Beck, Televangelist and Cult Leader

Glenn Beck seems to be on the fast track to becoming the next L. Ron Hubbard, creating a religious movement out of thin air and of the mind. Bob Cesca has been trying to explain the fallacy that is Beck through his blog on the Huffington Post:

Granted, Beck is a talented performer, as most successful grifters and matchstick men are. Even though he’s extraordinarily unfunny, he’s just as effective as America’s sleaziest and most notorious televangelists when it comes to scamming his audience into believing, say, that a random misspelled acronym actually means something significant, or that just because the president’s mother enjoyed Nietzsche means that she was somehow a socialist (Nietzsche was no fan of socialism).

It comes to no surprise that Glenn Beck has been trying to sell something to his viewers. It’s not something that would benefit them; he’s trying to convince his audience to do something equivalent to self-flagellation: getting rid of their social safety net—Social Security, Medicare, and Medicaid.

This week on his television show, Glenn Beck has proposed that Social Security, Medicare and Medicaid be entirely eliminated. Other conservatives appearing on Beck’s show suggested perhaps that Social Security and Medicare be privatized — yeah, even after the financial collapse we’ve experienced, people are still going around suggesting that we invest Social Security and Medicare funds in the market. Anyway, Beck refused even that, instead sticking to the idea that we kill all three of those programs. You know, in order to help the economy. Without Social Security, half of all senior citizens would die in poverty. Eliminate Medicare and Medicaid from the equation and it’s difficult to imagine the economy improving with tens of millions of additional Americans thrown into poverty for the sake of proving Glenn Beck’s far-right economic theories.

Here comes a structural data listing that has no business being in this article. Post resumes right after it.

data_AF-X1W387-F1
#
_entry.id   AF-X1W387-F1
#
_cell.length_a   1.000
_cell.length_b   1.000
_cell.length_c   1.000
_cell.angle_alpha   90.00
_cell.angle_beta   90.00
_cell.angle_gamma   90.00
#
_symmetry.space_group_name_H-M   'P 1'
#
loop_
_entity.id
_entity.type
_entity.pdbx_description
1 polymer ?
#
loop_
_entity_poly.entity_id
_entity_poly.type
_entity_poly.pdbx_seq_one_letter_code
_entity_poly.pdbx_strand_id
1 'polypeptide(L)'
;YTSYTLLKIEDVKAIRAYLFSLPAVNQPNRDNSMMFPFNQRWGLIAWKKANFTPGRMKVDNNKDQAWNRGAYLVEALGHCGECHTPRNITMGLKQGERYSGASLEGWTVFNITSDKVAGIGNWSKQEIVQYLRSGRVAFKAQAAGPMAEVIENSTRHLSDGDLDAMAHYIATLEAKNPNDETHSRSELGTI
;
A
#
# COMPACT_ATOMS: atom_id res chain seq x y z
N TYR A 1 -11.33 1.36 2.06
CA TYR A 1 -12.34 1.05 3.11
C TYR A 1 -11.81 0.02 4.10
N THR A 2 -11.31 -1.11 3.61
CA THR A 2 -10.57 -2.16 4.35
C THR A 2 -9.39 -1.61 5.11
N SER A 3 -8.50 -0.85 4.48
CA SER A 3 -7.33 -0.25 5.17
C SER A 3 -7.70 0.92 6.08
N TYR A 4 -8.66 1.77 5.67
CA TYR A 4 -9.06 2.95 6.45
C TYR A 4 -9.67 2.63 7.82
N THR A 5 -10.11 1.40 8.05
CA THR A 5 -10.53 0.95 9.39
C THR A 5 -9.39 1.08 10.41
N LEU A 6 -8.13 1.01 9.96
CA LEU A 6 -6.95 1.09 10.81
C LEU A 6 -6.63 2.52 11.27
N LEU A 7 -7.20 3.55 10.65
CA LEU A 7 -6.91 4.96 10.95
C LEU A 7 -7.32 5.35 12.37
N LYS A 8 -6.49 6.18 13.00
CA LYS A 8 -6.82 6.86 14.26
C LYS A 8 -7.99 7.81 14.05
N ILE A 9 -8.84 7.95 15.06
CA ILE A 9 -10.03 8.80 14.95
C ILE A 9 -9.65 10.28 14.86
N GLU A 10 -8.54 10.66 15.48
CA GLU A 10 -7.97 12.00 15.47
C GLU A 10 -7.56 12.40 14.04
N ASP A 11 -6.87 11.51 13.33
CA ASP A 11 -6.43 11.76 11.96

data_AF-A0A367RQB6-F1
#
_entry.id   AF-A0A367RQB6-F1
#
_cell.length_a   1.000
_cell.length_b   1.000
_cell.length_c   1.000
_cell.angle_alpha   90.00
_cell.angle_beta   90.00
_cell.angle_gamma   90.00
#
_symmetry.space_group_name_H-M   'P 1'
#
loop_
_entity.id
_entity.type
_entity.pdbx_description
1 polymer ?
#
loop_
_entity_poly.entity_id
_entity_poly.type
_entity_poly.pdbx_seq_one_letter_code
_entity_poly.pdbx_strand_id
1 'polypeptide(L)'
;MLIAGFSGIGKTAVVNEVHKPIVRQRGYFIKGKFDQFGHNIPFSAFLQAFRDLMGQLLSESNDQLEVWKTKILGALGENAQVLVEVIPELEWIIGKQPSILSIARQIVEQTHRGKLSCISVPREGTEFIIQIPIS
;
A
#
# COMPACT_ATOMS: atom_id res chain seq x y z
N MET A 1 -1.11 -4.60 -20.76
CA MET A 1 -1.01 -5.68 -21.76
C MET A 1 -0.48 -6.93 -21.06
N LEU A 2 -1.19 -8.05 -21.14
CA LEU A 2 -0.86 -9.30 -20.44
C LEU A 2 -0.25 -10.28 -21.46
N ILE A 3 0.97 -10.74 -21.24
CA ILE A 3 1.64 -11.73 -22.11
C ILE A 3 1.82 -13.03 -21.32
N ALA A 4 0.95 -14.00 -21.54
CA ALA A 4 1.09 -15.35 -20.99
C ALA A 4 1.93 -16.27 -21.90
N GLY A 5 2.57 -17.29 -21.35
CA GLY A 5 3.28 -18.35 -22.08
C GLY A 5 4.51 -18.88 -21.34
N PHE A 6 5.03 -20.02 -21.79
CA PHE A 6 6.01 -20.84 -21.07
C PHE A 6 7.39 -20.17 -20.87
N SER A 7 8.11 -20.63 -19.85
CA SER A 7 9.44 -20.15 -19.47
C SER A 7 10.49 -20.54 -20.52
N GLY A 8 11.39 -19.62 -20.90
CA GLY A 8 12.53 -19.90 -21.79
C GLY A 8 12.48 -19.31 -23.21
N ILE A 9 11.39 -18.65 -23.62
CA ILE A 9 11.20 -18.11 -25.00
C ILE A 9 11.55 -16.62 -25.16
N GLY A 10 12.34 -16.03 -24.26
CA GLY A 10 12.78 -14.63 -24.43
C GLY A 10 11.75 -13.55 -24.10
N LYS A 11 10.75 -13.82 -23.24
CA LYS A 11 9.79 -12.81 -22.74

Indeed, much like a cult leader who would demand of his followers to leave all their wealth behind and follow him into the scorching fire of salvation, Beck is truly building himself up to be a god amongst men—he even has God on his side.

“God is giving a plan, I think, to me…” says Beck.

He goes on to say he has seen absolute proof that America’s founding fathers were directed by God to create His land of freedom and that people should “stand, peacefully, quietly, with anger” against anyone who would make it differently.

Beck is selling something. He wants to see a theocracy in this country—and thinks he’s the prophet for the rebirth of this America that has been soiled by liberals and progressives.

The man is a cult leader. Who would lay down everything they have and follow him?


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